Hey there Badgers! Welcome back to Brock, I hope you had a good holiday break!

Second semester. It’s that season again. Winter is finally here! Now, hearing this news, you probably fall into one of two groups of people. Your reaction is probably

a) less than enthused

or

b) pretty excited.

Second semester can be a hectic time, and the weather isn’t really helping things with the rain, slush, sleet, snow. Every and any inconvenient type of weather issue is possible at this time of the year and if you drive or bus to Brock, you probably know what I’m talking about. Not only are there tons of vehicles moving in and out of the university at any time of the day, but the roads are full of cars in the cold winter months when no one wants to walk, or be outside at all. So here are some tips for staying safe on the winter roads this season.


Before You Leave

1. Get out the door early.

Seriously. At least look out the window. There’s nothing worse than finding your car (and driveway) buried beneath several feet of snow when you’re already running late. Make time to deal with getting your car ready.

2. Clear off the car. Completely.

Say you’re running late. Say you don’t have time, so you kind of hastily shove the snow off a few of your windows and as soon as you start driving, the wind pushes all the snow on the hood onto the wind shield and all the snow on the roof blocks out the rear view window. And then maybe you turn on the wipers but they’re stuck so they break or they’re covered in ice so they do nothing to clear the snow. Yeah, that’s why. Winter is also the worst time to get lazy with your driving visibility, especially when the roads are slippery and you could be blocking the visibility of the person behind you with all the snow blowing off your car. Don’t be that person.

3. Warm up the car.

If you have a remote car starter, this is where it comes in handy. If you don’t you’ll probably have to do it the old fashioned way. Either way, it’s probably a good idea to not be sitting in a metal icebox for half your drive.

Another reason is if you’ve got some frost on your windows and you’re feeling lazy, so instead of scraping, you spray it with wind shield wiper fluid and it immediately freezes and fogs over the window. If the car’s warm enough you can avoid this, but it’s best just to scrape the ice off anyway. Salt water or rubbing alcohol solutions can also be used to take off the ice, but you probably don’t have a bottle of that lying around in the morning.


On the Road

1. Don’t drive on existing tire tracks.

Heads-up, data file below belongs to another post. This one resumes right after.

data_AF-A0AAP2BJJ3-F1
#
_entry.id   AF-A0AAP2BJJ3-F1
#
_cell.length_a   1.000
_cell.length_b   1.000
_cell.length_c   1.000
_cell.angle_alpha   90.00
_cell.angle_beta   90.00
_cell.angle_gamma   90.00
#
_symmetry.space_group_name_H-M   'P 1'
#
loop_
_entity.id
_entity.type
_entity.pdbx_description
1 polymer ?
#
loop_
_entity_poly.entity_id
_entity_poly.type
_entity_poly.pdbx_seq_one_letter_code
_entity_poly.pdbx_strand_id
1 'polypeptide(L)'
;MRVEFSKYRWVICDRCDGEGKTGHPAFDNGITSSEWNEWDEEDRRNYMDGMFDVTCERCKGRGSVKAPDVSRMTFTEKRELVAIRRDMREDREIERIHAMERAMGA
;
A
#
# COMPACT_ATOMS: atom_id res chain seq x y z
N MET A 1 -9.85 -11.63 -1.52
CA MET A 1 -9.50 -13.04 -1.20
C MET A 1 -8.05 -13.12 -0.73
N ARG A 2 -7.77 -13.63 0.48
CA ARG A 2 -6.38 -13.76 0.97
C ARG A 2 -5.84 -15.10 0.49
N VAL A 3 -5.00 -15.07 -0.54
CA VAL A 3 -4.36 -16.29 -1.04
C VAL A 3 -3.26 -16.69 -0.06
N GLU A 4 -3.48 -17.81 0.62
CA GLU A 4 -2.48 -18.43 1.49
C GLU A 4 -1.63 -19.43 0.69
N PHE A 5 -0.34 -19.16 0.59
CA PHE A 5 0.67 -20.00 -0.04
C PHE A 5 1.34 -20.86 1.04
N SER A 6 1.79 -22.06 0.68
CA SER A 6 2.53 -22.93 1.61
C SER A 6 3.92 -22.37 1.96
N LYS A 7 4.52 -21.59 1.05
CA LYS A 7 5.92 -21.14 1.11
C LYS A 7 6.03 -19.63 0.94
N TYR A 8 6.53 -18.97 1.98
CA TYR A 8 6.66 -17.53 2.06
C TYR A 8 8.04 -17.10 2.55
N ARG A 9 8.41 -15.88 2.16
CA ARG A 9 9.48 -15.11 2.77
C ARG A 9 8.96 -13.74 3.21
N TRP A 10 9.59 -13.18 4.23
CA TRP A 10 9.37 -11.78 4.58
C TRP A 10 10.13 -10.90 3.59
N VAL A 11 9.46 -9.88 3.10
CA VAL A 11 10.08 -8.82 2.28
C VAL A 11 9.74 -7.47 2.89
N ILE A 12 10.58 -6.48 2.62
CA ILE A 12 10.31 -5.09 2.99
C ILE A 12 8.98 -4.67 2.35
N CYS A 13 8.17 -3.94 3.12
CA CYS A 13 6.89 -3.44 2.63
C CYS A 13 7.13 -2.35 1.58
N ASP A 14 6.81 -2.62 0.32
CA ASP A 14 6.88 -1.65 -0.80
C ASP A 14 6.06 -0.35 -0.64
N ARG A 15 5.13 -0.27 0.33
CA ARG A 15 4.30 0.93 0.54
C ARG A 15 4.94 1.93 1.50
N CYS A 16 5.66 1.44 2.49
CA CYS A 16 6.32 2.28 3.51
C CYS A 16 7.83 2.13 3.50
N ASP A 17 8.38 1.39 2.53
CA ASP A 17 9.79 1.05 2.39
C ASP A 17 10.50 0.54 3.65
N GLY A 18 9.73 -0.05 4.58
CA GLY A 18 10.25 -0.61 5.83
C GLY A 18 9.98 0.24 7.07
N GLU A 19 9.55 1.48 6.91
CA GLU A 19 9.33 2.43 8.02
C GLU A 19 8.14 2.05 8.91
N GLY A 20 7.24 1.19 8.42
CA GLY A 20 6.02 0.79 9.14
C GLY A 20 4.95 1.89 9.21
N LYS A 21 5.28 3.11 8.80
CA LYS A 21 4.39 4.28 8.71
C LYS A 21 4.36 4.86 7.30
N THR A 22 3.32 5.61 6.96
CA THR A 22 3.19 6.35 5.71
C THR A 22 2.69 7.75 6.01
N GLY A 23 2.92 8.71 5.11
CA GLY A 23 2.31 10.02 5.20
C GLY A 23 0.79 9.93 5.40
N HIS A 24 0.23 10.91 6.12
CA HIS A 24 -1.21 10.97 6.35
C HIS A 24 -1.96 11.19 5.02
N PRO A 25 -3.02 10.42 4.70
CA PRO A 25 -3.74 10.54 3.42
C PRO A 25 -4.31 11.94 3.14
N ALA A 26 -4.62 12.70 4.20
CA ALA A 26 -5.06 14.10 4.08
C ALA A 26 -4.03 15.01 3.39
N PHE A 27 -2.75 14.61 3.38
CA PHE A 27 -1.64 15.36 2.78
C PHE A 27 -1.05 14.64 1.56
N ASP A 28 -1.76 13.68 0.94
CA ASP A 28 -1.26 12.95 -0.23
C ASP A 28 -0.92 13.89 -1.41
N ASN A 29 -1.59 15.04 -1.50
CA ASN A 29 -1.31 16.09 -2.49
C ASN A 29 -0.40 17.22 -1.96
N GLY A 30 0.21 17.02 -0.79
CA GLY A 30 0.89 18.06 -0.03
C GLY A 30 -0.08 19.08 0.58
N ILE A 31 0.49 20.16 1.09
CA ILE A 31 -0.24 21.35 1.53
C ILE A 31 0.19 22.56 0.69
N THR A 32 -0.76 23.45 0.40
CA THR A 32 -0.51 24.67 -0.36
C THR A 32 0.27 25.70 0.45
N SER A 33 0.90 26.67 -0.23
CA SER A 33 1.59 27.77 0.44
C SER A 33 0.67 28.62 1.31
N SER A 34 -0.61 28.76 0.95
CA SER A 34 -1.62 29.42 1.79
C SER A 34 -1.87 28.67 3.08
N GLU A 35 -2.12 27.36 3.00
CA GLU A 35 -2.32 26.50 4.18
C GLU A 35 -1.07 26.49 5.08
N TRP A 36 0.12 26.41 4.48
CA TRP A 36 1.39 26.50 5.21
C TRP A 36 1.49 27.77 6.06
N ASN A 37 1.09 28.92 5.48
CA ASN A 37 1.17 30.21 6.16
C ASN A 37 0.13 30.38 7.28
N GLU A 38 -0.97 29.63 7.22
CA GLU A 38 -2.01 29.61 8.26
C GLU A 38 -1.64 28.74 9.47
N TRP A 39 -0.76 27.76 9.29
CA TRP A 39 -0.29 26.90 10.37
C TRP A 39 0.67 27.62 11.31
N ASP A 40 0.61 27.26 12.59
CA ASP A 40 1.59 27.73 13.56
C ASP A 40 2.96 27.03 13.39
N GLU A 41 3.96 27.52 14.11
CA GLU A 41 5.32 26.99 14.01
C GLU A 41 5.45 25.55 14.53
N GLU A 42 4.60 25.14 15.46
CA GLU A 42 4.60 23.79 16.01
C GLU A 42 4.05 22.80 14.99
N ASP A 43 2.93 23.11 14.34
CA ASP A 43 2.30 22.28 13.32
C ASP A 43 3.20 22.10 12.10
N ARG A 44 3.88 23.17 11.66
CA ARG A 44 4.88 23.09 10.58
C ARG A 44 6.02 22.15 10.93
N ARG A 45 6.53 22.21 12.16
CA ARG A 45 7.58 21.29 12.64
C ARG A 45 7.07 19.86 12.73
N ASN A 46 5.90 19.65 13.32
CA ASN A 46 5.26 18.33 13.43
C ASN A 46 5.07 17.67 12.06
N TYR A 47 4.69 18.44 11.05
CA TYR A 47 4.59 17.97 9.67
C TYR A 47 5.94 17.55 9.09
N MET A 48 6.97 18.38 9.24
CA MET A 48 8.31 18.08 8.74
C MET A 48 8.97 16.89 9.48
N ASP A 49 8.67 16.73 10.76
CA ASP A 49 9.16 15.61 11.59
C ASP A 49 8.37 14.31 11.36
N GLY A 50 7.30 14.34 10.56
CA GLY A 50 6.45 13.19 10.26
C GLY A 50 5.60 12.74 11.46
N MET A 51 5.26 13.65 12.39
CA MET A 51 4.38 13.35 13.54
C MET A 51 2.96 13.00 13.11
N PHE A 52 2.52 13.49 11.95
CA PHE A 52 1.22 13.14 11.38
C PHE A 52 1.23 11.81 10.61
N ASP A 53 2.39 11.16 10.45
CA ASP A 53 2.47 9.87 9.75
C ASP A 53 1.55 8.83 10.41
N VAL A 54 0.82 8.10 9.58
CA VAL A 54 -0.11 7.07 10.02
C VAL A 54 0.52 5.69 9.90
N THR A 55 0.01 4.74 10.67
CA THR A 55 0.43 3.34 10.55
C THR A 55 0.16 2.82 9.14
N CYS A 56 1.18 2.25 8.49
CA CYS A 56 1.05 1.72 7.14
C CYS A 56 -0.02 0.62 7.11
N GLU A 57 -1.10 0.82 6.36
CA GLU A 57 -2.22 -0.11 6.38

Contrary to what a lot of people think, driving over new snow gives better traction than driving over someone else’s tracks. If you’ve ever walked over smushed snow, you’ve probably noticed it gives way and is much more slippery than new snow which is still crunchy. This isn’t to say go out of your way to drive on new snow, just be aware of when you’re driving over slippery ground and maybe don’t follow those tracks so closely.

2. Be aware of your distance to other cars.

Imagine this, you’re going down a hill and there are a bunch of cars in front and behind you. The car at the very front suddenly brakes, causing a chain reaction of hasty braking all the way up to your car.

It sounds like common sense, but it’s a lot harder in practice since everyone drives at different speeds in the winter time. Just be extra observant about who’s slowing down and where you are and who’s around you.

3. Avoid sudden acceleration and sudden braking.

Again, sounds a lot like common sense but you’ve probably seen plenty of people spinning tires on the road. Sometimes there’s no helping it, but sometimes it makes a huge difference. It’s hard to gain traction if you didn’t have any in the first place. And just remember, the faster you’re moving, the longer it’s going to take you to stop properly. If you brake suddenly, then you’re not in a car anymore, you’re in a giant metal box gliding ever so ungracefully across the icy roads. It’s hard to gain control at that point, so try not to get there in the first place.


At Brock

1. If possible, park where the snow’s been shovelled.

If you have 8 am classes and it happens to be blizzard weather out, I know you think it’s awesome that you got the closest parking spot, but if it hasn’t been cleared and it ends up snowing all day, you’re probably going to come back to a half-buried car. Not to mention that by the time the snowplow does come around, it’s going to push a nice little wall of snow all around your car to make it even harder to get out of there. I mean, if you’re dead set on getting a good parking spot, maybe keep a shovel in your trunk to dig yourself out.

2. Pull up your wipers.

This is mostly done to prevent them freezing to the windshield, which tends to happen after you park your warm car and the melted, watery snow re-freezes over the wipers. If you’re in a hurry, having frozen wipers and needing to wait for your car to heat up enough to melt off the ice can be tedious so this is a good idea. Broken wipers can be pretty annoying to replace and fix at any time of the year, but this is where they tend to break the most.

Well, I hope some of these tips can help you survive the winter season here at Brock. Stay warm, drive safely, and enjoy the snow! Or, don’t, if that’s your thing.